Quantum dot nanocrystals are nanometer sized semiconductor particles, which can be used for labeling biological systems. A critical issue that has not been addressed is determining the number of antibodies bound to nanoparticles. We have previously developed methods to label fixed neurons and neural glial cells. We demonstrated, however, reproducible non-specific artifact labeling if antibody-quantum dot conditions are less than optimal. In order to explain this, we aimed to characterize and quantify the functional antibodies bound to the quantum dots. While other groups have qualitatively characterized antibody functionalized quantum dots using TEM, AFM, UV spectroscopy and gel electrophoresis, and in some cases have reported calculated estimates of the putative number of total antibodies bound to quantum dots, no quantitative experimental results have been reported. In this study, we have developed a technique for quantifying the amount of ligand bound to conjugated quantum dots. Previous attempts to characterize quantum dots never resulted in quantitative information which is necessary to determine the concentration of quantum dots delivered to the system. Using standard gel electrophoresis technology followed by membrane transfer, we have quantified the amount of functional antibody, the amount of antibody available for protein binding, bound to quantum dots from commercially available conjugation kits.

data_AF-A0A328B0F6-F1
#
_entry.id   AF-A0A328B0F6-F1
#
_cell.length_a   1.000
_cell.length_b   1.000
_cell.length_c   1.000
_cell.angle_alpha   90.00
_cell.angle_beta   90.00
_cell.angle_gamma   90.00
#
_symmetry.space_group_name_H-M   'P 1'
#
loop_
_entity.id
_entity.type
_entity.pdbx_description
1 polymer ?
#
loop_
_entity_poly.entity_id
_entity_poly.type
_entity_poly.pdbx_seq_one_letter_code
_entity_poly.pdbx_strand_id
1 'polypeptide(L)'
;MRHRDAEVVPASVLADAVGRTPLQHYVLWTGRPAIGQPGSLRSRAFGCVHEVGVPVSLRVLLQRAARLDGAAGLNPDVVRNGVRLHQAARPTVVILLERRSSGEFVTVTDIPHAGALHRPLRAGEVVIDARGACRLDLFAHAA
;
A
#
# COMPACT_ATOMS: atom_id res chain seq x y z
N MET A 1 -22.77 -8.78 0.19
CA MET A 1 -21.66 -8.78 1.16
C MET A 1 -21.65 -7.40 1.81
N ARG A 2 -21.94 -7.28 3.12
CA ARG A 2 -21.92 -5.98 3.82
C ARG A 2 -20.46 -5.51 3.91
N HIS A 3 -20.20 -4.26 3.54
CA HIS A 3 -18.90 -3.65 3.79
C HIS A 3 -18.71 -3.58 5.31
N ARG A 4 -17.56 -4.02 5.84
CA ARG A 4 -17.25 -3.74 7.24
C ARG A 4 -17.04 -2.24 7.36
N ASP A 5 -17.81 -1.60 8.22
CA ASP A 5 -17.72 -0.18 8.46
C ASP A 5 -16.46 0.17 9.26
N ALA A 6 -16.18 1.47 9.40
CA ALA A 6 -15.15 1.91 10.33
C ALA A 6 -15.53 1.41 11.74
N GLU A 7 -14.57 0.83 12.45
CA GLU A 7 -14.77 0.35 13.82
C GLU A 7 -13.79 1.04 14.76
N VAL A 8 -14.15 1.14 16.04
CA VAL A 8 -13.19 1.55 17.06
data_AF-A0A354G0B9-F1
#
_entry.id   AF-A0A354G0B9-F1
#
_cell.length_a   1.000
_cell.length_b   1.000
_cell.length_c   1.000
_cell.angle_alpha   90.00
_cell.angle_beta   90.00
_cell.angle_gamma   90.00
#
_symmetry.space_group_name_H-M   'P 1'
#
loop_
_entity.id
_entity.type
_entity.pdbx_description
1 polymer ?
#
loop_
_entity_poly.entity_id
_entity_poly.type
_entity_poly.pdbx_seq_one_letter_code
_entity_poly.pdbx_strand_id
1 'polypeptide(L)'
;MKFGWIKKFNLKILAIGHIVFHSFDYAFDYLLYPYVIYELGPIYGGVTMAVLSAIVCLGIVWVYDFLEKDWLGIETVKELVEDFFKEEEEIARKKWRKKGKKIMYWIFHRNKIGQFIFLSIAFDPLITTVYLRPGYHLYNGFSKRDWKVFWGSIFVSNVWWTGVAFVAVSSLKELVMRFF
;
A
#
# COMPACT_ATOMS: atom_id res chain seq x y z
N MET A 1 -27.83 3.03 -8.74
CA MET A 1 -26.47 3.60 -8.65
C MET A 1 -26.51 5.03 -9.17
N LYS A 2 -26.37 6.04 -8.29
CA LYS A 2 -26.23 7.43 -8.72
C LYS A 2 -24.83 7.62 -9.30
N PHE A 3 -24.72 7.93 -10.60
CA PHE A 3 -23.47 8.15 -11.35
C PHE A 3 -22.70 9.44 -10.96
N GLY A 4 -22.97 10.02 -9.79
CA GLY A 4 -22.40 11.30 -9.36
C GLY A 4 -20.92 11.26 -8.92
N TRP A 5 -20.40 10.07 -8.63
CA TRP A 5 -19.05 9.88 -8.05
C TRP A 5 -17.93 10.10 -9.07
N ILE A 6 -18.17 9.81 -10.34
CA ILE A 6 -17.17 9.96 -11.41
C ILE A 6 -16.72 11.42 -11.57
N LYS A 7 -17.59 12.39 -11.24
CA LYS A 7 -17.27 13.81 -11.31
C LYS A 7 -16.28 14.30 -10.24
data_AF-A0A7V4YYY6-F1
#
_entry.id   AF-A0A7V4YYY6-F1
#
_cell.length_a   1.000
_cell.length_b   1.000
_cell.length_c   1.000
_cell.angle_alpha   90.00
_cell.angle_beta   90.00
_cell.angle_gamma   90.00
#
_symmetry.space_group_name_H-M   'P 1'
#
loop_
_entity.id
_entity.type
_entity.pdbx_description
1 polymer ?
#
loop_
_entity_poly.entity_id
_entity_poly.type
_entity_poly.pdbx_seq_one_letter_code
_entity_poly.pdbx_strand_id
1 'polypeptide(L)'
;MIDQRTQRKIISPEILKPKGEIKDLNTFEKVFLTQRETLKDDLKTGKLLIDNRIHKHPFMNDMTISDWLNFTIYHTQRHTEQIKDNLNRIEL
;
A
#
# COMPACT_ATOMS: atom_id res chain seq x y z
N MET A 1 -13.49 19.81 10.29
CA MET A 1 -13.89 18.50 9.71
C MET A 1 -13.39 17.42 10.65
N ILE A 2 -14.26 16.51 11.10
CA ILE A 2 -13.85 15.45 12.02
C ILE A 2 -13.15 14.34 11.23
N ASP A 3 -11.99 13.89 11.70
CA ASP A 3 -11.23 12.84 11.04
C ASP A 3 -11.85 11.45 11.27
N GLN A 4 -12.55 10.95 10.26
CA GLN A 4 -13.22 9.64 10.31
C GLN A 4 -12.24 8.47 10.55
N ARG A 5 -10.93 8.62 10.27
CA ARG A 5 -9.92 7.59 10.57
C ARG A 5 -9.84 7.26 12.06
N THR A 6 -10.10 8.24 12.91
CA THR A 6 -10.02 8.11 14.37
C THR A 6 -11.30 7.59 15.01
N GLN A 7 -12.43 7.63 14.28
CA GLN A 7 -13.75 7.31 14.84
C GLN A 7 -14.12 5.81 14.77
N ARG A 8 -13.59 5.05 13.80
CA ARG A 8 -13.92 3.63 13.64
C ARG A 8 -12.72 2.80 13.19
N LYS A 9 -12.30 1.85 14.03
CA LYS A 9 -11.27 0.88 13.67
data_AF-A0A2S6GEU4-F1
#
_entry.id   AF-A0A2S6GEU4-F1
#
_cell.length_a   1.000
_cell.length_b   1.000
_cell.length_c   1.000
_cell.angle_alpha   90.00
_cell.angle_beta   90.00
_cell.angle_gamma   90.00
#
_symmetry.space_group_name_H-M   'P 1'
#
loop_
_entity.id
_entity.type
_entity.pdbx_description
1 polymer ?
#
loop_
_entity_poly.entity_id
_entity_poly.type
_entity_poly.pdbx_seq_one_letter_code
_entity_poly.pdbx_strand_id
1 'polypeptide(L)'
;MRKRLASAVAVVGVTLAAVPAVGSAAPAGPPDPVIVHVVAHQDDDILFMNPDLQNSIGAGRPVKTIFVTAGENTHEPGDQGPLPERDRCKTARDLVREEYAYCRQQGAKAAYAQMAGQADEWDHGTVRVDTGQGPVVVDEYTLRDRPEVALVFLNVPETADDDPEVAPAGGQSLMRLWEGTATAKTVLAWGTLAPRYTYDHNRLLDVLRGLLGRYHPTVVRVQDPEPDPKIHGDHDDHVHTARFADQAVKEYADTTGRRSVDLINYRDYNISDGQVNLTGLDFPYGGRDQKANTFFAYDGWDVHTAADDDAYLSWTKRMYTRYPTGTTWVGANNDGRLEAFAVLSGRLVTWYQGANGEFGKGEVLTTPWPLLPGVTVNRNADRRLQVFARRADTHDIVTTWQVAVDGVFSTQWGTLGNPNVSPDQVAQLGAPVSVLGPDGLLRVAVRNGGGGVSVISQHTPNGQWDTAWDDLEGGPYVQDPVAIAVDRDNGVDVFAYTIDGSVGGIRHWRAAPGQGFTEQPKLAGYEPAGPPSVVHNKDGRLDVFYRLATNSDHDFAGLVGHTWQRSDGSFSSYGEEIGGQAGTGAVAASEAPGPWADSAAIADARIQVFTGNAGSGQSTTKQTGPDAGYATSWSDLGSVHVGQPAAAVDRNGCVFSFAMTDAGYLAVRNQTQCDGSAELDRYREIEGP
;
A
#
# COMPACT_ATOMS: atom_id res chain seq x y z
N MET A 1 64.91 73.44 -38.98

Journal: TechConnect Briefs
Volume: 2, Technical Proceedings of the 2007 NSTI Nanotechnology Conference and Trade Show, Volume 2
Published: May 20, 2007
Pages: 259 - 262
Industry sectors: Advanced Materials & Manufacturing | Medical & Biotech
Topicss: Biomaterials, Materials Characterization & Imaging